Jesus teaches on what makes a man Divine.

March 15th, 1916.

Received by James Padgett

Washington D.C.

I am here, Jesus.

I wish to write tonight on the subject: “What it is that makes a man Divine.”

When man was created he was given the highest qualities that could be bestowed upon a mortal, and yet he was mere man, but the perfect one, and with these qualities was given him the possibility of becoming Divine like the Father in his nature; but this gift was never possessed by him in its enjoyment of full fruition until after my coming to earth, and making known to man that such a possibility existed.

The first created man never possessed this gift in its fulfillment, but merely had the possibility of receiving it, on condition that he continued in his obedience, and made the effort to receive it in the way that the Father declared was the only way.

You have been told in detail what this gift was, and how the first parents forfeited the enjoyment of it by their disobedience and ambition to possess it in a way that was not in accord with the Father’s way.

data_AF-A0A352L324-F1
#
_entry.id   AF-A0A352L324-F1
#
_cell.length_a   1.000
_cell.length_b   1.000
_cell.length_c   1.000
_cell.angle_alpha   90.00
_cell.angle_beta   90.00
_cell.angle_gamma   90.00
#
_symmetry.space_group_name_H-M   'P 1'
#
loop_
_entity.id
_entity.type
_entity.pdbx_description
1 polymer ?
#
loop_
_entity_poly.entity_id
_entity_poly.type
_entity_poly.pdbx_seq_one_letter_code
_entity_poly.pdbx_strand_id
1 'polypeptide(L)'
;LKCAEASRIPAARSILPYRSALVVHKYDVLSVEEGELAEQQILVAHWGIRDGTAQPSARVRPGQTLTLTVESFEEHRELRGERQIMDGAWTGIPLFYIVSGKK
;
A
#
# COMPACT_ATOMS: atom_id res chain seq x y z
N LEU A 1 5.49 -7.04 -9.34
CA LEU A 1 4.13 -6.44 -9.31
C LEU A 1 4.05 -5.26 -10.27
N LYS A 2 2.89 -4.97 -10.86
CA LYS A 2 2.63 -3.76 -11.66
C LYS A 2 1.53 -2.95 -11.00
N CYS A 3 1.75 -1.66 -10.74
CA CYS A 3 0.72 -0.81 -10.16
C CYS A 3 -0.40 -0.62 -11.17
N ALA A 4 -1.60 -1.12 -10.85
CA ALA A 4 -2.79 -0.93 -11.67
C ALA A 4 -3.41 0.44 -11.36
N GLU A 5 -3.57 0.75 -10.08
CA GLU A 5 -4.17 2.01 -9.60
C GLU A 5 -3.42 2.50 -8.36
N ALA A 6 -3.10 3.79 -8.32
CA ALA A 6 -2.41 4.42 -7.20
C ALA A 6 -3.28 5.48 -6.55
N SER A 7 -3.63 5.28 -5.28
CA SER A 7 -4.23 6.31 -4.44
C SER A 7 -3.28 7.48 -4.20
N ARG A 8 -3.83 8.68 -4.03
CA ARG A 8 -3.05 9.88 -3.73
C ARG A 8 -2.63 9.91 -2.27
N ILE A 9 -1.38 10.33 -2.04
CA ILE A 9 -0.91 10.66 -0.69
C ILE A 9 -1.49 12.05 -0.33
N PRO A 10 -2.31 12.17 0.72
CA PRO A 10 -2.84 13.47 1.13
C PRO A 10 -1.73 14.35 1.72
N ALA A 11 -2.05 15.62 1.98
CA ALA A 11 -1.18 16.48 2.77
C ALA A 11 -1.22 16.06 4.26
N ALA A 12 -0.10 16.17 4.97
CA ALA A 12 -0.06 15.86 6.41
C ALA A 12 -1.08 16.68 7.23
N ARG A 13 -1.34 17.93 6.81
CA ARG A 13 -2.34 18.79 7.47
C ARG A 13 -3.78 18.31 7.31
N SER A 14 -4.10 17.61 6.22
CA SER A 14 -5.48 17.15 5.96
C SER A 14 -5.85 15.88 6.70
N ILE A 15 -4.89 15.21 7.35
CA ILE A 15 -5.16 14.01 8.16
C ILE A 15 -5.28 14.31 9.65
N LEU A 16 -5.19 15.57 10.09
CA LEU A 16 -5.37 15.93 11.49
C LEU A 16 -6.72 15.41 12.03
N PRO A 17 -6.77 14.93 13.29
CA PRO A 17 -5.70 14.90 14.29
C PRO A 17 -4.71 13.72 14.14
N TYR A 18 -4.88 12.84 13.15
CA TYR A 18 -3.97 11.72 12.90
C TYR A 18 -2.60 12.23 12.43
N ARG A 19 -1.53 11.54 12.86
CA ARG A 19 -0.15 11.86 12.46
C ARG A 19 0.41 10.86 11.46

As we have said, man lost this possibility at the time of the first disobedience, and thereafter became gradually a man with his moral nature sinking lower and lower until he became almost lost in the condition of the beasts in the field. And from that condition he has been steadily improving or progressing towards his first estate of purity.

But a great many men have ceased to know, or have never known, that God is the Creator of all things, and that all creation is dependent upon Him for its very existence, and in their assurance and self importance they have assumed and professed to believe that their progress or salvation depends upon their own efforts, and that these efforts are sufficient to bring about this state of purity or harmony with God’s laws and desires.

But in this men are mistaken, for there is nothing in them that is Divine, and there never will be when they depend upon their own selves to progress to this state of perfection. The Divine nature of the Father is not in man and will never become a part of him until he pursues the way which is absolutely necessary for him to follow in order to become anything more than mere man.

I will not write more tonight as I think it best not to do so. I understand that you could not prevent your condition of sleepiness, and I do not blame you, but I think it best to wait until later to finish what I desire to write.

Well, my dear brother, believe that I have only love for you, and will get close to you as we progress – so I say, don’t worry.

I will say goodnight.

Your brother and friend, Jesus